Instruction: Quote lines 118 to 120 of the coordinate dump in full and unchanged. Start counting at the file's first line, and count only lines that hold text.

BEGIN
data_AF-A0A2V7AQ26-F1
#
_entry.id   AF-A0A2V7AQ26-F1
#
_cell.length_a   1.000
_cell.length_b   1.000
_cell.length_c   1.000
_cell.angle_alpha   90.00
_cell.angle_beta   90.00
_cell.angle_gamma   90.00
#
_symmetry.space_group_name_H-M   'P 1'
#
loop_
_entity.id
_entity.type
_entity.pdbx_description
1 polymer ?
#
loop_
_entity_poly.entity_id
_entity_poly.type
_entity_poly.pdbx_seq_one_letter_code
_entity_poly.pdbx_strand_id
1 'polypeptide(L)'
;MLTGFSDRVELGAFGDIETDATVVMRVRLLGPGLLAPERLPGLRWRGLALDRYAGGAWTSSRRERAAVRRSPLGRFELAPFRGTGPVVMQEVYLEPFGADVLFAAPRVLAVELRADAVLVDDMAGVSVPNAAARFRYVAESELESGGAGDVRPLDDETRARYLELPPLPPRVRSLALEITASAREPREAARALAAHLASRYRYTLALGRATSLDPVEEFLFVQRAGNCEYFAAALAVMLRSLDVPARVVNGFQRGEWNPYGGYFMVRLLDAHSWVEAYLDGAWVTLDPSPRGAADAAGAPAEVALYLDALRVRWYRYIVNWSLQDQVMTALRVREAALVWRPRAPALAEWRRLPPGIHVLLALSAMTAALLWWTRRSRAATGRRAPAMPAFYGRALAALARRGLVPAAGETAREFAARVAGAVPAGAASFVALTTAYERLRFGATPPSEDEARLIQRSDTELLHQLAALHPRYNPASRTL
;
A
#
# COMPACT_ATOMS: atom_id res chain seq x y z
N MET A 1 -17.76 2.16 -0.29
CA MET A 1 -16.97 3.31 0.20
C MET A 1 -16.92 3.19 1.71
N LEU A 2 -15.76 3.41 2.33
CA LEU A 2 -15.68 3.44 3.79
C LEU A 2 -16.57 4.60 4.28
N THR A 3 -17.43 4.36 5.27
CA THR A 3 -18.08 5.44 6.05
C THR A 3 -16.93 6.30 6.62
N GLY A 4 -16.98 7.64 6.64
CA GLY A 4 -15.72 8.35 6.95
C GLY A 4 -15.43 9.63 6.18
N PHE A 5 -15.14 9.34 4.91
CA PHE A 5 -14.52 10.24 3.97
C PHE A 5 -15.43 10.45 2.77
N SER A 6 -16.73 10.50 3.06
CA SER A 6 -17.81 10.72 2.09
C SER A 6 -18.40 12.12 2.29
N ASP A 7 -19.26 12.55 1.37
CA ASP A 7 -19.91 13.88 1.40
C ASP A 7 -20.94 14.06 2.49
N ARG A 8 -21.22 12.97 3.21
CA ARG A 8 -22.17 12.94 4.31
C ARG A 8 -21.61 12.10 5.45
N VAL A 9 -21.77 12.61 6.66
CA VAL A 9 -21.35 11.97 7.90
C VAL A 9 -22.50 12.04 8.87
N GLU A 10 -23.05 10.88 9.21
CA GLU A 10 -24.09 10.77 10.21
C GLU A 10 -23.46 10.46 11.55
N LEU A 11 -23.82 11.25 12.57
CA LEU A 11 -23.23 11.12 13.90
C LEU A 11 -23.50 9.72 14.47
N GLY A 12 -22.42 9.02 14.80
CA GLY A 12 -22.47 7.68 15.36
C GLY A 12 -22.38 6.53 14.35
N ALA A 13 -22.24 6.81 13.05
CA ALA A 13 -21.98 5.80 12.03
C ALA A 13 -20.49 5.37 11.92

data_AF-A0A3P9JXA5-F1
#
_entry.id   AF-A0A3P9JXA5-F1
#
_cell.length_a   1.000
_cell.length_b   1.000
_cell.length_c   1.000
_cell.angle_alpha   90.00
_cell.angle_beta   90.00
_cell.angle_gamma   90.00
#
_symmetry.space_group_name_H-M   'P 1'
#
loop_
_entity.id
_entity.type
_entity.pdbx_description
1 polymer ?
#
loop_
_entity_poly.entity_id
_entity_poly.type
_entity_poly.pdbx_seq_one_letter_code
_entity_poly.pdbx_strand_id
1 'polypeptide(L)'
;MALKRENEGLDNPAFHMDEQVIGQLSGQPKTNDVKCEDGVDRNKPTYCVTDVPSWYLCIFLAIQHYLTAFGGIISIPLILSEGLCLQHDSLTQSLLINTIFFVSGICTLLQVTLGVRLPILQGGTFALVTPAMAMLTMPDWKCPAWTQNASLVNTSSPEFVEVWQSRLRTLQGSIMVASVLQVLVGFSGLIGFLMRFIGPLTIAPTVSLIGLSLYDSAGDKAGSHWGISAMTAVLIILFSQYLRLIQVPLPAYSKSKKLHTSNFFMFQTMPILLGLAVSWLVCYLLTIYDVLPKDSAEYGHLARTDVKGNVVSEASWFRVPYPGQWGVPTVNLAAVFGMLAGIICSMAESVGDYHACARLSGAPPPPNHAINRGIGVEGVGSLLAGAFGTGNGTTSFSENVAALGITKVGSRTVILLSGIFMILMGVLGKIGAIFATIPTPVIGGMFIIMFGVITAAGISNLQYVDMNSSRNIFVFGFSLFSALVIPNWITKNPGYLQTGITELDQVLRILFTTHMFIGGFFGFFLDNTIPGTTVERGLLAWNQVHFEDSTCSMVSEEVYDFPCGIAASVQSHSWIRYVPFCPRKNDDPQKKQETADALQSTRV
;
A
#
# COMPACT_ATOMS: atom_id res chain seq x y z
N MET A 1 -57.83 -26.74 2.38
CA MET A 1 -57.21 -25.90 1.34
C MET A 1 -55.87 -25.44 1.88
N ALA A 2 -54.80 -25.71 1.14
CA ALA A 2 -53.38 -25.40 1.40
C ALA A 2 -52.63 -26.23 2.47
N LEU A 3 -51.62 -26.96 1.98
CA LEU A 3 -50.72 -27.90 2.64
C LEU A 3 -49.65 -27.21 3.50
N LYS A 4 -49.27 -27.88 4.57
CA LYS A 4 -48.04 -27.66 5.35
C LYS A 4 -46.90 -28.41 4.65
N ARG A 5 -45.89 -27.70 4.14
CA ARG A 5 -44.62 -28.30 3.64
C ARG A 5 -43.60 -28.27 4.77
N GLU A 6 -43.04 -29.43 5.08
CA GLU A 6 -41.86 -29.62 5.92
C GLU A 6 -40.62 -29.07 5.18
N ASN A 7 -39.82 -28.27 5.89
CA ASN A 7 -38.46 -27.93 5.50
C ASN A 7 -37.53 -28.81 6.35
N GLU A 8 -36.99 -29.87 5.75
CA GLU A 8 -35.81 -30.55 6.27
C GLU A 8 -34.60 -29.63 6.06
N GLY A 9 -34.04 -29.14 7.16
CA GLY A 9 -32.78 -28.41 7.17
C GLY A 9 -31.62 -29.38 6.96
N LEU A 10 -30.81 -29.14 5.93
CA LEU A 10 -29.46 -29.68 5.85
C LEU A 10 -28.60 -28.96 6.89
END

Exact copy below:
N ASN A 7 -39.82 -28.27 5.89
CA ASN A 7 -38.46 -27.93 5.50
C ASN A 7 -37.53 -28.81 6.35